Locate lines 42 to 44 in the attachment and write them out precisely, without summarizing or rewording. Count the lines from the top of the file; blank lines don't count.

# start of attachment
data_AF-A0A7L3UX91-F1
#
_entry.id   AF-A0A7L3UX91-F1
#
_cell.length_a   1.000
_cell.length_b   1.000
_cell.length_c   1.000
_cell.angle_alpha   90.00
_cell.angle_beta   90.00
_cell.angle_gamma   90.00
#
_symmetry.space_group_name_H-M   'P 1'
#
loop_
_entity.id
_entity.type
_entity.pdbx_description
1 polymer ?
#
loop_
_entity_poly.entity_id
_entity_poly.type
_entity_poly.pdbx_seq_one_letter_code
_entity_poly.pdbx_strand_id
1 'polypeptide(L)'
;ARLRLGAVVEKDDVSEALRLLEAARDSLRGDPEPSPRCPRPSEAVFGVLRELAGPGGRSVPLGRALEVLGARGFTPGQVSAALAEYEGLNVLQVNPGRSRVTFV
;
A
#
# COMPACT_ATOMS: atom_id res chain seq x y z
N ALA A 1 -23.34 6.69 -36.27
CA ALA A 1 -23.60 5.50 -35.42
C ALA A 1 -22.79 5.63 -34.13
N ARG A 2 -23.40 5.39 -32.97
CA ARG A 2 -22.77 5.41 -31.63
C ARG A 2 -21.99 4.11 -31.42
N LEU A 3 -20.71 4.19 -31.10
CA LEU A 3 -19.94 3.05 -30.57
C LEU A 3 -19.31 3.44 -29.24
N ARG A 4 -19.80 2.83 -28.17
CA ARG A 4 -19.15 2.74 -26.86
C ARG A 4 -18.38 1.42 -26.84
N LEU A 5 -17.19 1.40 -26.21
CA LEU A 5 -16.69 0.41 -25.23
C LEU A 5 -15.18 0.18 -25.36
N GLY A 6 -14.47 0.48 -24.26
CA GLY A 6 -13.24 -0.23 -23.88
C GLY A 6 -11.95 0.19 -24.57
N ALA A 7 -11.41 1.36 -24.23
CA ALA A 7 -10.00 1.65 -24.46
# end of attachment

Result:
C ARG A 4 -18.38 1.42 -26.84
N LEU A 5 -17.19 1.40 -26.21
CA LEU A 5 -16.69 0.41 -25.23